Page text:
Sunday, September 23, 2007


Yom Kippur in Israel has to be experienced to be believed. Picture this. For almost twenty-six hours the entire country is silent.

No traffic what-so-ever is on the road. Perhaps an ambulance, here and there, but it has to have a very good reason before it can get safely to its destination.

No televison. No raidos. Silence.

The only sound to be heard is the sound of people praying in the various synagogues. Even people walking in the streets speak in hushed tones.

The food is all cooked and waiting for the final meal before the fast. A pice of cake is eaten. Another glass of sweet tea is drunk. A final cigarette is smoked.

Before lighting candles it is decided which lights will be left on in the house. A hallway? A bathroom?

Yorzeit candles, twenty-four hour candles used when in mourning or remembering the dead are lit. Shabbat candles are burning.

And then the silence takes over.

In the morning a new sound is added...the sound of the children playing in the street. The little ones are safe today to ride their bikes and skate boards. Up and down. They are too young to fast. They are free to ride the wind. What sins could these little ones possibly have to atone for?

The day passes. And with it the thoughts go through your mind. Asking forgiveness; remembering loved ones who no longer are with us; pleading that those you love be written up for another good and healthy year.

And on top of it all is the silence. An entire country is silent. The strength of that silence is awesome. It is binding. It is a link between family and strangers. All sharing the same space. All listening to the same quiet. All praying the same prayers. Watch over our soldiers, God. Keep Israel safe. Bring our boys back home safe and sound.

Whether you fast or not; whether you believe or not; no one is unaffected by the silence of Yom Kippur. Whether you pray all day or send out a quick plea to God, the air is filled with wishes and hopes and dreams. Clean air. Quiet air. Waiting to be filled with Israel's prayers.

I was a young wife and mother that Yom Kippur in 1973. Like this year, it fell on a shabbat. I was taking a little walk with my husband and another couple of friends of ours. Two o'clock in the afternoon we were standing in the middle of King George Street and Jaffa Road...where the big X is. The streets were empty. The silence amazing. And the sirens went off.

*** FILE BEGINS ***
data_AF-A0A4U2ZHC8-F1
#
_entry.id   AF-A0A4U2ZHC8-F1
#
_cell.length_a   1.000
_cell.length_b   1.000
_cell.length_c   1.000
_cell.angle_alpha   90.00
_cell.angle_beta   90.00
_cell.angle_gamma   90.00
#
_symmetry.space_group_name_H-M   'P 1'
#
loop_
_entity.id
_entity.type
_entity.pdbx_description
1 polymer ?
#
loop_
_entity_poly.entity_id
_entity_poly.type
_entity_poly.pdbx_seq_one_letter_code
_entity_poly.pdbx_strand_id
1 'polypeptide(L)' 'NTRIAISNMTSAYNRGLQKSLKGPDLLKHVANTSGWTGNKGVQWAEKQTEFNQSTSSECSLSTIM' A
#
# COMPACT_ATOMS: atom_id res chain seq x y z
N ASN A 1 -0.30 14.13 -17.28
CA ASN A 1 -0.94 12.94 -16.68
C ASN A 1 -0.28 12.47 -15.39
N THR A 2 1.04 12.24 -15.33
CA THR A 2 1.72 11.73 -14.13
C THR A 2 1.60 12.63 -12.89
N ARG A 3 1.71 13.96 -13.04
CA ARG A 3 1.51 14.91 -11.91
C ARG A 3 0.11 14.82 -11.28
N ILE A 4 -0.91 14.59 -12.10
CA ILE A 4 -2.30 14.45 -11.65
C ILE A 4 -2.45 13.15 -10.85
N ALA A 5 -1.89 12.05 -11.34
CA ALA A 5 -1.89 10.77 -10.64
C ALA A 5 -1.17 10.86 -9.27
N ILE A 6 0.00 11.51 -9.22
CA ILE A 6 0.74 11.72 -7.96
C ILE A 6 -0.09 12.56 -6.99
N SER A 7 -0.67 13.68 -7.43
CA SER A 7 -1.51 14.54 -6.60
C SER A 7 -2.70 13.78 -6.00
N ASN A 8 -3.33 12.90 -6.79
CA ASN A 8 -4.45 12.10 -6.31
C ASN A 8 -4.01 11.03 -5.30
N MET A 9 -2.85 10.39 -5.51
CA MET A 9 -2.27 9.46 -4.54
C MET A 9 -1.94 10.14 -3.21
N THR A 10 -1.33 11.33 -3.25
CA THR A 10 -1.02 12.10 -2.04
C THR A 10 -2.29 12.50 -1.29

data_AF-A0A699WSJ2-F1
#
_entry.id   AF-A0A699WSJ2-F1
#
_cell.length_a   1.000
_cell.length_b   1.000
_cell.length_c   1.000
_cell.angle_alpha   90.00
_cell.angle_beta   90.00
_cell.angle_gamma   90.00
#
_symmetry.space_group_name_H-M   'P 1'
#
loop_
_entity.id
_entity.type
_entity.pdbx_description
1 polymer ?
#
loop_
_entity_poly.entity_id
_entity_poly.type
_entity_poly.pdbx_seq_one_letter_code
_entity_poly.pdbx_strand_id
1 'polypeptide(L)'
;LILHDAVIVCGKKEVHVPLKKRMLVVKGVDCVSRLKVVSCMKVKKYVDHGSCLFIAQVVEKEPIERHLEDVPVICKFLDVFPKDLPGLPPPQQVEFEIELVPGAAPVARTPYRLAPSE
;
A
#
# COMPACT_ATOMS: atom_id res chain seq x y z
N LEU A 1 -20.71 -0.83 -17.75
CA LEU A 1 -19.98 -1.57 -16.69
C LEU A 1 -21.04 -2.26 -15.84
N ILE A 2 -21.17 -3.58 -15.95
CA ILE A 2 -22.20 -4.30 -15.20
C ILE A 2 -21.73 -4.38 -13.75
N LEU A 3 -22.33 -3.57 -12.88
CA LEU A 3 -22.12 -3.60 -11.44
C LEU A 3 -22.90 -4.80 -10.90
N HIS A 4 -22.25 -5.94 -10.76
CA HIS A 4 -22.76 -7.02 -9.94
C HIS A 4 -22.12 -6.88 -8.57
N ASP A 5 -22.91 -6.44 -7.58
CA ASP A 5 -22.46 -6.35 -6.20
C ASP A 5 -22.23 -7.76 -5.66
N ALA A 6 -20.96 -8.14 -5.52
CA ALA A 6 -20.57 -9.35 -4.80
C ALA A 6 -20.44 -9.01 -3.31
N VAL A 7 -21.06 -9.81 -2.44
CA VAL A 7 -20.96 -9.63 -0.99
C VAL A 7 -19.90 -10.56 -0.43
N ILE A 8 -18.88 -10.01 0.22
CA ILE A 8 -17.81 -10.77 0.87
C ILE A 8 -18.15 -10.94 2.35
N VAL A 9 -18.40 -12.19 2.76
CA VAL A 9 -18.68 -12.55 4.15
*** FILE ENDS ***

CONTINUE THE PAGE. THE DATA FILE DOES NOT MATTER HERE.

My husband grabbed me and pulled me into the archway of a closed shop. Egypt and Syria have gone to war!

I thought, 'What the hell do I care? Let them kill each other.' See, it never entered my mind that they were at war with US!

They made one mistake that year. Yom Kippur is the only day in the country of Israel where everyone knows where everyone is. And where every soldier can be reached in a matter of moments. They are all in their homes or at shul praying.

Today, after living in Israel for thirty-seven years, I know what war is. I know what intifada is and I know what sirens are peaceful and what aren't.

I stood in my window overlooking the neighbourhood as Yom Kippur was ending. Soon we could all drink and eat. Soon we would turn on the TV and pick up the phones to see how our loved ones came through the fast. We would take one more chance to wish each other a good year.

I looked at the sky. The required two stars were shining. Then I heard it...the shofar. From the shul up the street where my son davens when he is in the neighborhood. Two blocks away and it was so silent that I heard the shofar.

A sweet and good year to you all.

Have a great day...stay safe...and thanks for dropping in.


At 9:48 PM, Blogger Jungle Mom said...

OH! thank you for sharing this. I did enjoy reading it and of your memory from 1973.

At 6:24 AM, Blogger muse said...

beautiful post

At 12:32 PM, Blogger Val said...

Very nice writing - - thanks for sharing.


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